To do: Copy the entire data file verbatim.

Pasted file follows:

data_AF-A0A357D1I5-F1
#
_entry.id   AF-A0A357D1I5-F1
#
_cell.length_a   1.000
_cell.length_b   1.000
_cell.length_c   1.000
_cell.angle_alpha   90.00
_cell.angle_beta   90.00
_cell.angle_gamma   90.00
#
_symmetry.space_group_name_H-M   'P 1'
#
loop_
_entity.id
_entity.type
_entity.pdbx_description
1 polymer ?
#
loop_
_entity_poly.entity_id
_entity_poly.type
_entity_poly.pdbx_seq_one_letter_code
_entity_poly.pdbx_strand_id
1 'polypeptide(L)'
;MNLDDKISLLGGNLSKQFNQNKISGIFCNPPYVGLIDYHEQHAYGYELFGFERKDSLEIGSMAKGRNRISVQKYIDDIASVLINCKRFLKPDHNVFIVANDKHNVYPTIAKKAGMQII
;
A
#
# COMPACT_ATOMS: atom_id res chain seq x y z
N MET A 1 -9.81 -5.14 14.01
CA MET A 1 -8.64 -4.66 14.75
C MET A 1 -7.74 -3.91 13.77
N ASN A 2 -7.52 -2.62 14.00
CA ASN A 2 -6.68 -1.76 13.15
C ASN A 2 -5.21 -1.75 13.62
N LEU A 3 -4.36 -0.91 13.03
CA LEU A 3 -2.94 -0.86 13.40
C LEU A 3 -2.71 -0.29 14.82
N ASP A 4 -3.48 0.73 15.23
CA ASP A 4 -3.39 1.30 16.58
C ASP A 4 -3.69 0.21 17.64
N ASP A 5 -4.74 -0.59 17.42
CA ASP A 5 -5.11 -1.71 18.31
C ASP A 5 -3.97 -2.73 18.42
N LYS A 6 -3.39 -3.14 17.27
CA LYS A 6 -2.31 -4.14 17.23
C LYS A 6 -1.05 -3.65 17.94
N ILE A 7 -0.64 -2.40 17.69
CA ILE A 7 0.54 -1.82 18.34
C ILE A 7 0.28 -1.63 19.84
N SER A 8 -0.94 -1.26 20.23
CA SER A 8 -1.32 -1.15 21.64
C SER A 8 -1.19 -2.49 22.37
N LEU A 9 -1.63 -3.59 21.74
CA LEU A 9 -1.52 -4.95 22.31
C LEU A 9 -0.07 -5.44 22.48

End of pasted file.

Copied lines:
data_AF-A0A357D1I5-F1
#
_entry.id   AF-A0A357D1I5-F1
#
_cell.length_a   1.000
_cell.length_b   1.000
_cell.length_c   1.000
_cell.angle_alpha   90.00
_cell.angle_beta   90.00
_cell.angle_gamma   90.00
#
_symmetry.space_group_name_H-M   'P 1'
#
loop_
_entity.id
_entity.type
_entity.pdbx_description
1 polymer ?
#
loop_
_entity_poly.entity_id
_entity_poly.type
_entity_poly.pdbx_seq_one_letter_code
_entity_poly.pdbx_strand_id
1 'polypeptide(L)'
;MNLDDKISLLGGNLSKQFNQNKISGIFCNPPYVGLIDYHEQHAYGYELFGFERKDSLEIGSMAKGRNRISVQKYIDDIASVLINCKRFLKPDHNVFIVANDKHNVYPTIAKKAGMQII
;
A
#
# COMPACT_ATOMS: atom_id res chain seq x y z
N MET A 1 -9.81 -5.14 14.01
CA MET A 1 -8.64 -4.66 14.75
C MET A 1 -7.74 -3.91 13.77
N ASN A 2 -7.52 -2.62 14.00
CA ASN A 2 -6.68 -1.76 13.15
C ASN A 2 -5.21 -1.75 13.62
N LEU A 3 -4.36 -0.91 13.03
CA LEU A 3 -2.94 -0.86 13.40
C LEU A 3 -2.71 -0.29 14.82
N ASP A 4 -3.48 0.73 15.23
CA ASP A 4 -3.39 1.30 16.58
C ASP A 4 -3.69 0.21 17.64
N ASP A 5 -4.74 -0.59 17.42
CA ASP A 5 -5.11 -1.71 18.31
C ASP A 5 -3.97 -2.73 18.42
N LYS A 6 -3.39 -3.14 17.27
CA LYS A 6 -2.31 -4.14 17.23
C LYS A 6 -1.05 -3.65 17.94
N ILE A 7 -0.64 -2.40 17.69
CA ILE A 7 0.54 -1.82 18.34
C ILE A 7 0.28 -1.63 19.84
N SER A 8 -0.94 -1.26 20.23
CA SER A 8 -1.32 -1.15 21.64
C SER A 8 -1.19 -2.49 22.37
N LEU A 9 -1.63 -3.59 21.74
CA LEU A 9 -1.52 -4.95 22.31
C LEU A 9 -0.07 -5.44 22.48